Timing in creating a postnuptial agreement

| Oct 24, 2019 | Property Division |

Some New Jersey couples are unable to compose a prenuptial agreement in time for the wedding, or they might believe they do not need one. However, for a variety of reasons, married couples without prenuptials may decide to go ahead and create a postnuptial agreement. However, waiting too long to create a postnuptial accord could be more complicated when it comes to addressing your assets. 

According to Business Insider, if you wait until days before the wedding to sign a prenuptial or just before you are ready to go before the altar, a judge might not enforce it. A judge may decide that a spouse was not given enough time to look at an agreement before signing it. So timing is very important when you sign a prenuptial agreement, and could be the reason a prenuptial is not enforced in court. 

However, timing is much less of a factor when signing a postnuptial agreement. A couple can create a postnuptial agreement immediately after the wedding, or a year, five years, ten, or even longer after tying the knot. However, there are reasons not to wait until a lot of time has progressed into the marriage, and they principally have to do with your assets.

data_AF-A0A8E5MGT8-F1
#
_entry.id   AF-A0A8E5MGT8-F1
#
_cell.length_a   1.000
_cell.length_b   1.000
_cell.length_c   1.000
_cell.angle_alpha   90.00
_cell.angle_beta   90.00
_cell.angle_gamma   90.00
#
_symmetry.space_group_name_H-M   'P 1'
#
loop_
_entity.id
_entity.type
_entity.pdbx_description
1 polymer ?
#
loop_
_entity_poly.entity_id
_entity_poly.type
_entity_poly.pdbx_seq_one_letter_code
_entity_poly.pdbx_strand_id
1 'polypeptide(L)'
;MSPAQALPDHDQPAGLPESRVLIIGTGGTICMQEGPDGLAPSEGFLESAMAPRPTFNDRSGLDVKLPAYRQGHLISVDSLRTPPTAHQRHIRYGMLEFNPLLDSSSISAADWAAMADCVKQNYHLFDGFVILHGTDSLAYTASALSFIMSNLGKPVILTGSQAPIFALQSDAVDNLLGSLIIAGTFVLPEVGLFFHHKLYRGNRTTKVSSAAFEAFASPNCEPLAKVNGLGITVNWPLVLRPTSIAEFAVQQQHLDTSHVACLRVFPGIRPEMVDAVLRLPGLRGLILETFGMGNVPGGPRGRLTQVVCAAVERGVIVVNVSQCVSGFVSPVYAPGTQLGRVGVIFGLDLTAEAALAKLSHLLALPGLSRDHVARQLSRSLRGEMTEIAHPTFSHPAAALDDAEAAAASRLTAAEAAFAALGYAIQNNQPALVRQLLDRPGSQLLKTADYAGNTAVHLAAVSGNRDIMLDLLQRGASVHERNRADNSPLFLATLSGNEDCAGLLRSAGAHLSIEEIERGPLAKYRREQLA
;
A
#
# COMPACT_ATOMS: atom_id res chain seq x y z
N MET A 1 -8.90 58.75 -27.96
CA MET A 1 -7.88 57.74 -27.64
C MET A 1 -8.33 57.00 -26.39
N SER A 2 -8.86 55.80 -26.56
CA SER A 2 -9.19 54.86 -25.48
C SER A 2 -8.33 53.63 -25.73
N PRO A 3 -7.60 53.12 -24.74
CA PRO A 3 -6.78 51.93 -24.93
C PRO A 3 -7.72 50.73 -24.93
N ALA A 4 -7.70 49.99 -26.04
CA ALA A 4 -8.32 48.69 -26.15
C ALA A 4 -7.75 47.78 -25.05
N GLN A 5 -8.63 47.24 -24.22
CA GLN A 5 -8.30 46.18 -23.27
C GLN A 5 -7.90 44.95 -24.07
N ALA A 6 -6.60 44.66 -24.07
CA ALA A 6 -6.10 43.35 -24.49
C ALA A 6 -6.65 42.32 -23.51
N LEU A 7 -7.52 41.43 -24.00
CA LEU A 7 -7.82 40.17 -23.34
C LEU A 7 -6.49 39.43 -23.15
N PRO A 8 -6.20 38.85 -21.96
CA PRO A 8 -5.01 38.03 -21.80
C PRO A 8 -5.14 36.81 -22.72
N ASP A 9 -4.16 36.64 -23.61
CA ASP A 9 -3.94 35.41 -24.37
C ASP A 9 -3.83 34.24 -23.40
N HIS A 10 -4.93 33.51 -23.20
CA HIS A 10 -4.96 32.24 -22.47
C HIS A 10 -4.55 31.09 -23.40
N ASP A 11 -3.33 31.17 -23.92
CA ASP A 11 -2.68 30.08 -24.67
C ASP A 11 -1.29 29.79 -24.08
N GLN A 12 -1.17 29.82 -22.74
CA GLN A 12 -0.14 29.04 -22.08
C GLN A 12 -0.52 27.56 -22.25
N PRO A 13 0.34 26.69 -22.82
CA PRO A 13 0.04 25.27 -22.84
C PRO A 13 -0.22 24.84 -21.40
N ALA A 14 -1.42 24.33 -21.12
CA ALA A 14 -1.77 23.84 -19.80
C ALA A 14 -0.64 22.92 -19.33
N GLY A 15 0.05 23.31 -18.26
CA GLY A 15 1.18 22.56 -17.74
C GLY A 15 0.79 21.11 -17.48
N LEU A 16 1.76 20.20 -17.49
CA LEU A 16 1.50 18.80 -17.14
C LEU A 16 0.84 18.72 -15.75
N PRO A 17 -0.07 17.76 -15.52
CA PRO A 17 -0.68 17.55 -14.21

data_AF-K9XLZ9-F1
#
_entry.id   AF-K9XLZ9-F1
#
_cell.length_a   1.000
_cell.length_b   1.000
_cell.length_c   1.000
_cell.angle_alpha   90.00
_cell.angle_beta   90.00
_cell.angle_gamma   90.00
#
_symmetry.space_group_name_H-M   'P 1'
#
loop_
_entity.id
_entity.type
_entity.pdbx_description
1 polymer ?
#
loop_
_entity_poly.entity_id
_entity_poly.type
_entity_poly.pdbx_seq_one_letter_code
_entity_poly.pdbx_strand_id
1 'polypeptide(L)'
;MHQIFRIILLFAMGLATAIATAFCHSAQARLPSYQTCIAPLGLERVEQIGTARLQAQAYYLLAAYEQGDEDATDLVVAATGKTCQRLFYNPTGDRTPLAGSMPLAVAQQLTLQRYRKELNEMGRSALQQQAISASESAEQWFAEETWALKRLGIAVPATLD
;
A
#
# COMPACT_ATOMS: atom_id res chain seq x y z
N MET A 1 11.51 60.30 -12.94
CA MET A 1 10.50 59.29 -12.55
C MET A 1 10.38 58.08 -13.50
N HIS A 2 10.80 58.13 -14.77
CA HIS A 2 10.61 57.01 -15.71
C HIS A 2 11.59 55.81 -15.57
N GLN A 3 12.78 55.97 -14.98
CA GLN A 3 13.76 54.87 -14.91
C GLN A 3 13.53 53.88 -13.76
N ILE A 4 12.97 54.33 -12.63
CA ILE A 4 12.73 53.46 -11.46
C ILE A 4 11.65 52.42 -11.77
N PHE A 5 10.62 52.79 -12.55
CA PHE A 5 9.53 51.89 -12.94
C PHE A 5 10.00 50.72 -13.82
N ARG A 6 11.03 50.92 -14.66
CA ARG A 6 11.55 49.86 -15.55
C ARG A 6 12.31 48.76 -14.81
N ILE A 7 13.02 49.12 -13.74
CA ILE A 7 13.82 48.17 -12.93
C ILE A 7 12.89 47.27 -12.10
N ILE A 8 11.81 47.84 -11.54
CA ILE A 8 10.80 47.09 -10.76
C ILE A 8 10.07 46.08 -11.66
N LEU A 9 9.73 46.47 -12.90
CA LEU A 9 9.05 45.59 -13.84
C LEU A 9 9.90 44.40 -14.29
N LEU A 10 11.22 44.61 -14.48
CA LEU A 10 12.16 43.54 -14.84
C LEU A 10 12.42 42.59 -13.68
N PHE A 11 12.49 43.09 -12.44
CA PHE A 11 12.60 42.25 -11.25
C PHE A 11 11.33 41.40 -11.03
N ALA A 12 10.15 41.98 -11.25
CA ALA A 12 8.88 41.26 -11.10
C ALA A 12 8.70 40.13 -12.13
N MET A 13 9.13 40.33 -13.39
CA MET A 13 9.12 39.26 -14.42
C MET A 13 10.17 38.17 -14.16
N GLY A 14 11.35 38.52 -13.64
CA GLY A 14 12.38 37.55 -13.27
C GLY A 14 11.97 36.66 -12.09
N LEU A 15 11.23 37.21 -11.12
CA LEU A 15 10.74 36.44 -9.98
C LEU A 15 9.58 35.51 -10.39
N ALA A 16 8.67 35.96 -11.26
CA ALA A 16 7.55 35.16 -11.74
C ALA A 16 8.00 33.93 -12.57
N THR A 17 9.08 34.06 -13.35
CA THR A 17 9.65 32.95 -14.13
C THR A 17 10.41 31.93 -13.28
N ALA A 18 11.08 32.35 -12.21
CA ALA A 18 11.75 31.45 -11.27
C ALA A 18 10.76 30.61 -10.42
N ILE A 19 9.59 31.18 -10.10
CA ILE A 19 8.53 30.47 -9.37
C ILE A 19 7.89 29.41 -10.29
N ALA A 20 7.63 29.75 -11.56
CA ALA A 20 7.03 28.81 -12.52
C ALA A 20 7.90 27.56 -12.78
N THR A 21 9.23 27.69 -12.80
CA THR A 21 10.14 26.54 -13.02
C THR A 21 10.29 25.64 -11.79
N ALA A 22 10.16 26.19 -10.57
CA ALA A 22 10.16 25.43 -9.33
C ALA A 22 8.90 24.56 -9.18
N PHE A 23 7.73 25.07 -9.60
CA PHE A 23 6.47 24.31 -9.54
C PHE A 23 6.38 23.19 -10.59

With a prenuptial agreement, you and your spouse can designate property and assets to be separate property and not subject to division in a divorce. However, once you get married without a prenup, assets you acquire during your marriage are going to be considered marital property. Provided that your newly acquired assets meet certain conditions and are not commingled with other marital property, they will not be considered separate property. 

This does not mean you cannot create a postnuptial agreement that sorts out your assets, only that the situation will become more complicated if you wait too long and have acquired some wealth since your marriage began. It will take careful planning to address what will happen to assets that you and your spouse have attained since tying the knot. Provisions will have to be specific and explain exactly what you want to happen. 

This is not to say that postnuptial agreements composed late in a marriage are always a problem. FindLaw points out that postnuptials may be needed if certain issues arise over the course of a marriage, such as when a spouse leaves work to care for young children, or when a spouse accumulates a lot of debt. Sometimes couples find their prenuptial agreement no longer reflects their desires and want to compose a new agreement. Working out these issues with a postnuptial may prevent problems down the road. 



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